The Time Machine: Novel Summary: Chapter Five

Major character introduction as well as theme and plot development helps to make this the longest, and probably the most important chapter in the book.  As he wakes on his second day in the future, the Time Traveler finds that his time machine has been taken.  Investigation leads him to believe it has been pushed into the hollow bronze base of the White Sphinx.  Frustrated, the Time Traveler loses his temper and harasses some of the passing Eloi trying to reclaim his passage home.  Distraught, he somehow manages to scrape together his patience and calm himself by thinking that he will somehow get the time machine back.  In order to try and gain a better understanding of this new world, the Time Traveler continues his exploration of the Thames River Valley.  For the first time, he notices a large number of pipes protruding from the ground, both short and tall.  Seeming to appear in pairs, he concludes that the smaller of the set is some type of well and the larger is a type of smokestack, all a part of some vast underground ventilation system.  Much like his first theories, this one too will later prove to be inaccurate. 
Weena is also introduced in this chapter in a rather interesting manner.  On his third morning, the Time Traveler is watching the Eloi bathe in the river when one of them is swept away by the weak current.  When none of the pathetic little creatures attempts a rescue of the seemingly lost member, the Time Traveler wades into the river and grabs her (he tells us he is assuming it is a her).  He will spend much of his remaining week in the future with Weena, the woman he rescued, learning the language and ways of the Eloi.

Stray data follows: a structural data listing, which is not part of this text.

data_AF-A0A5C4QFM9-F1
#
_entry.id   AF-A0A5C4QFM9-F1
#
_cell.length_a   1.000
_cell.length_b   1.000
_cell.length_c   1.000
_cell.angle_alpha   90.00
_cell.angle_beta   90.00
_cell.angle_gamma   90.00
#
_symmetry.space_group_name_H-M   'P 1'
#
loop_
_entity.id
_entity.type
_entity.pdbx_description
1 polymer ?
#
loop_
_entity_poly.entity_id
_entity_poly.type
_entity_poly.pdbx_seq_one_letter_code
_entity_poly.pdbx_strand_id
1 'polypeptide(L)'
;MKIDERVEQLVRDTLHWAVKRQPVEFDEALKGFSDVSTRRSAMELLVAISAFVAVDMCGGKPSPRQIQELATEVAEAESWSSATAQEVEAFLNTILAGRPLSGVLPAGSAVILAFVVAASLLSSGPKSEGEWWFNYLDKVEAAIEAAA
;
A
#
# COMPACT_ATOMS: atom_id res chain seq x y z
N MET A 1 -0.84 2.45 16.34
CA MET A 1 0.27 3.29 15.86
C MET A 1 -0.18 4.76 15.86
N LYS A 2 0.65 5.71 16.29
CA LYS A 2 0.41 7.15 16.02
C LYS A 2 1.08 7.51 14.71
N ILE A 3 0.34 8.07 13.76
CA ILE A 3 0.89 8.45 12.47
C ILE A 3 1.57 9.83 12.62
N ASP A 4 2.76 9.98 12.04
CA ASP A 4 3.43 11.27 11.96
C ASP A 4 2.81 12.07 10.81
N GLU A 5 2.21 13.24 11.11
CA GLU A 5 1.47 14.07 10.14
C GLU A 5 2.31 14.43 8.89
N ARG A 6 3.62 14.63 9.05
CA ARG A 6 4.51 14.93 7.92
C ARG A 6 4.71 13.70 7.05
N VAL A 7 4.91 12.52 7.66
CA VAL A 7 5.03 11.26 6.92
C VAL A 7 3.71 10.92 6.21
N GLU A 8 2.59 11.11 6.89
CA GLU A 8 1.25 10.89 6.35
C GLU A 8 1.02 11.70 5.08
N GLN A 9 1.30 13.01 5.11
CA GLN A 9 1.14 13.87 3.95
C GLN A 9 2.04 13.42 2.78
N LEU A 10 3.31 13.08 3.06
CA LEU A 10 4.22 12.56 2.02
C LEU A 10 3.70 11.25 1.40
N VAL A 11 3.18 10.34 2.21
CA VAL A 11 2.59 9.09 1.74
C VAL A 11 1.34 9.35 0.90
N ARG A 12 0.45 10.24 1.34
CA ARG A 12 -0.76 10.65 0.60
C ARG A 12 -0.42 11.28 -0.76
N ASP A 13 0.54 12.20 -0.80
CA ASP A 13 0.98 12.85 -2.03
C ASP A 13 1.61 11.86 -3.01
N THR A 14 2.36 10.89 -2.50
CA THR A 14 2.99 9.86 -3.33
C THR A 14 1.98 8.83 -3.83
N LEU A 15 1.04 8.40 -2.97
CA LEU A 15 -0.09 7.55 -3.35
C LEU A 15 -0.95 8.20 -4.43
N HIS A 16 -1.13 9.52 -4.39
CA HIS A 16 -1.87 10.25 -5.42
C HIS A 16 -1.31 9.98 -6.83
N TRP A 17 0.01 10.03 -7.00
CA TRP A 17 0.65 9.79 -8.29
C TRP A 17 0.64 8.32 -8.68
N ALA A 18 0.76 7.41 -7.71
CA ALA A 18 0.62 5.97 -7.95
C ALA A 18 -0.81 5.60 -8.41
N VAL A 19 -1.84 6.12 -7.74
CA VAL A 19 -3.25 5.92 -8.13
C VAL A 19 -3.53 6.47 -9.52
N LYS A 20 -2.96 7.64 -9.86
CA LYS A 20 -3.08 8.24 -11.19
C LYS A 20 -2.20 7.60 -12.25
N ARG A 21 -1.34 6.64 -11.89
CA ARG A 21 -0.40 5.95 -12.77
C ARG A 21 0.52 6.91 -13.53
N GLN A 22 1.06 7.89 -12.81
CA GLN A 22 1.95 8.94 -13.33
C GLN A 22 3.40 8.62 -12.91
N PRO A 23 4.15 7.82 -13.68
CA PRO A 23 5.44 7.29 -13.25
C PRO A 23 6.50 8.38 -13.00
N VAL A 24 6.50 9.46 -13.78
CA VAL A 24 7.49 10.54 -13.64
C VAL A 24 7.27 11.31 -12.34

The Time Traveler soon learns that emotions are not lost on these people of the future, contrary to what he first thought.  He makes specific note of their terrible fear of the dark.  “Darkness to her was the one thing dreadful.” Later in the chapter, our hero first encounters the Morlocks, a race of subterranean humans.  He describes a Morlock as ape-like with white skin and large eyes, adaptations that most likely are the result of living beneath the surface for ages.  The introduction of these Under-worlders forces him to change his hypothesis on the position of society. He now reasons that the Eloi represent what he calls the “Haves” and the Morlocks would then be the “Have-nots.”